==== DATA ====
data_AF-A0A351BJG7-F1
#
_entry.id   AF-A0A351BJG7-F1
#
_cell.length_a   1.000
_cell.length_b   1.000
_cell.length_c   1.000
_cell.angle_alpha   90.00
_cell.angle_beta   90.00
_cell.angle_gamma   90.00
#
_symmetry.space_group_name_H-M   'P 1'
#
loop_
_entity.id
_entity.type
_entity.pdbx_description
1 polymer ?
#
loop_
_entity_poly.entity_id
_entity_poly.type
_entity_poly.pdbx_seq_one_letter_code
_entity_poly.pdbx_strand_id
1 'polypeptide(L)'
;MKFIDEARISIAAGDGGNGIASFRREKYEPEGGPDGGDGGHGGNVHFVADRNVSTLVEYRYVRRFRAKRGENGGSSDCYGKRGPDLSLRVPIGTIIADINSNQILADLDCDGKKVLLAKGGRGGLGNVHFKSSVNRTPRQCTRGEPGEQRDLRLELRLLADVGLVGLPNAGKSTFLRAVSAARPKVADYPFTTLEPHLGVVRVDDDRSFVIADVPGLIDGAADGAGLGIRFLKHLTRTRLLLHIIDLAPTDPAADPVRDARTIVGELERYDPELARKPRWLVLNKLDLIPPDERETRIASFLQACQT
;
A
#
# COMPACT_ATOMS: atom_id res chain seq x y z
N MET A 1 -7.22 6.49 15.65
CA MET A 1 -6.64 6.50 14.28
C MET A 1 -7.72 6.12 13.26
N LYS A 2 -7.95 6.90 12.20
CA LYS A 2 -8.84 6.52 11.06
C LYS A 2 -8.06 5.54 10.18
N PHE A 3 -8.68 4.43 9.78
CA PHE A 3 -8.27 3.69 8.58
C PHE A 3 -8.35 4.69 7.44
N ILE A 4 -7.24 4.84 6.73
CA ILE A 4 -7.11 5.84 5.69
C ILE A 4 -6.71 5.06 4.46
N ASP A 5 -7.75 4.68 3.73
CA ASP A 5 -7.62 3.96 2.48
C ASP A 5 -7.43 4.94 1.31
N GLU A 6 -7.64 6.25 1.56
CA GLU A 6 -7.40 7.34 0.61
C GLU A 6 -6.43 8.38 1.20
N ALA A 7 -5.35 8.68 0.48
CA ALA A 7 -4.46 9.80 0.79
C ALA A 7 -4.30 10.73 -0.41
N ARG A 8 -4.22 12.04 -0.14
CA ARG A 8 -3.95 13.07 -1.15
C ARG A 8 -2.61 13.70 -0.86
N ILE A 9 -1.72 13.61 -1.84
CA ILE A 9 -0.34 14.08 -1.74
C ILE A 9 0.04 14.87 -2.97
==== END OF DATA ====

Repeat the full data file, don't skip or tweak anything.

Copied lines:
data_AF-A0A351BJG7-F1
#
_entry.id   AF-A0A351BJG7-F1
#
_cell.length_a   1.000
_cell.length_b   1.000
_cell.length_c   1.000
_cell.angle_alpha   90.00
_cell.angle_beta   90.00
_cell.angle_gamma   90.00
#
_symmetry.space_group_name_H-M   'P 1'
#
loop_
_entity.id
_entity.type
_entity.pdbx_description
1 polymer ?
#
loop_
_entity_poly.entity_id
_entity_poly.type
_entity_poly.pdbx_seq_one_letter_code
_entity_poly.pdbx_strand_id
1 'polypeptide(L)'
;MKFIDEARISIAAGDGGNGIASFRREKYEPEGGPDGGDGGHGGNVHFVADRNVSTLVEYRYVRRFRAKRGENGGSSDCYGKRGPDLSLRVPIGTIIADINSNQILADLDCDGKKVLLAKGGRGGLGNVHFKSSVNRTPRQCTRGEPGEQRDLRLELRLLADVGLVGLPNAGKSTFLRAVSAARPKVADYPFTTLEPHLGVVRVDDDRSFVIADVPGLIDGAADGAGLGIRFLKHLTRTRLLLHIIDLAPTDPAADPVRDARTIVGELERYDPELARKPRWLVLNKLDLIPPDERETRIASFLQACQT
;
A
#
# COMPACT_ATOMS: atom_id res chain seq x y z
N MET A 1 -7.22 6.49 15.65
CA MET A 1 -6.64 6.50 14.28
C MET A 1 -7.72 6.12 13.26
N LYS A 2 -7.95 6.90 12.20
CA LYS A 2 -8.84 6.52 11.06
C LYS A 2 -8.06 5.54 10.18
N PHE A 3 -8.68 4.43 9.78
CA PHE A 3 -8.27 3.69 8.58
C PHE A 3 -8.35 4.69 7.44
N ILE A 4 -7.24 4.84 6.73
CA ILE A 4 -7.11 5.84 5.69
C ILE A 4 -6.71 5.06 4.46
N ASP A 5 -7.75 4.68 3.73
CA ASP A 5 -7.62 3.96 2.48
C ASP A 5 -7.43 4.94 1.31
N GLU A 6 -7.64 6.25 1.56
CA GLU A 6 -7.40 7.34 0.61
C GLU A 6 -6.43 8.38 1.20
N ALA A 7 -5.35 8.68 0.48
CA ALA A 7 -4.46 9.80 0.79
C ALA A 7 -4.30 10.73 -0.41
N ARG A 8 -4.22 12.04 -0.14
CA ARG A 8 -3.95 13.07 -1.15
C ARG A 8 -2.61 13.70 -0.86
N ILE A 9 -1.72 13.61 -1.84
CA ILE A 9 -0.34 14.08 -1.74
C ILE A 9 0.04 14.87 -2.97